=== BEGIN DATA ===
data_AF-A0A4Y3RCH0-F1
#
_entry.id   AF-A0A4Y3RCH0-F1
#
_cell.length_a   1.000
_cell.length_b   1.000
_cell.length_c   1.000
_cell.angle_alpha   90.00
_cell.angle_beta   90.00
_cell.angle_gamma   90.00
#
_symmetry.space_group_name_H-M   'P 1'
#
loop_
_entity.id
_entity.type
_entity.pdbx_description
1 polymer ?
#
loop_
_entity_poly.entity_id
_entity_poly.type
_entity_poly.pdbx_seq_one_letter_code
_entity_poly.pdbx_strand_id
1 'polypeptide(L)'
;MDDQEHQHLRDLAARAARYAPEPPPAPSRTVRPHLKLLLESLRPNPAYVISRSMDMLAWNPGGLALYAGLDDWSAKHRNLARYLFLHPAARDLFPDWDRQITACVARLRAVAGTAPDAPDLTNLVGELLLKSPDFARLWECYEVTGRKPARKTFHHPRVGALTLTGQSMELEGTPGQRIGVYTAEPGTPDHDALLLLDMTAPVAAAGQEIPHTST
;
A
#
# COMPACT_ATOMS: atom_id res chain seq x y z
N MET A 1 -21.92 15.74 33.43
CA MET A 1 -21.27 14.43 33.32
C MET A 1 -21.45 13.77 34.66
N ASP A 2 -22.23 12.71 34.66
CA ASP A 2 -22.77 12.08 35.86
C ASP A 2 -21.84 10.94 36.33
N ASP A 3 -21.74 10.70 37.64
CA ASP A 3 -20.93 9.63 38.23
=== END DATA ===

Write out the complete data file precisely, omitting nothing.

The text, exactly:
data_AF-A0A4Y3RCH0-F1
#
_entry.id   AF-A0A4Y3RCH0-F1
#
_cell.length_a   1.000
_cell.length_b   1.000
_cell.length_c   1.000
_cell.angle_alpha   90.00
_cell.angle_beta   90.00
_cell.angle_gamma   90.00
#
_symmetry.space_group_name_H-M   'P 1'
#
loop_
_entity.id
_entity.type
_entity.pdbx_description
1 polymer ?
#
loop_
_entity_poly.entity_id
_entity_poly.type
_entity_poly.pdbx_seq_one_letter_code
_entity_poly.pdbx_strand_id
1 'polypeptide(L)'
;MDDQEHQHLRDLAARAARYAPEPPPAPSRTVRPHLKLLLESLRPNPAYVISRSMDMLAWNPGGLALYAGLDDWSAKHRNLARYLFLHPAARDLFPDWDRQITACVARLRAVAGTAPDAPDLTNLVGELLLKSPDFARLWECYEVTGRKPARKTFHHPRVGALTLTGQSMELEGTPGQRIGVYTAEPGTPDHDALLLLDMTAPVAAAGQEIPHTST
;
A
#
# COMPACT_ATOMS: atom_id res chain seq x y z
N MET A 1 -21.92 15.74 33.43
CA MET A 1 -21.27 14.43 33.32
C MET A 1 -21.45 13.77 34.66
N ASP A 2 -22.23 12.71 34.66
CA ASP A 2 -22.77 12.08 35.86
C ASP A 2 -21.84 10.94 36.33
N ASP A 3 -21.74 10.70 37.64
CA ASP A 3 -20.93 9.63 38.23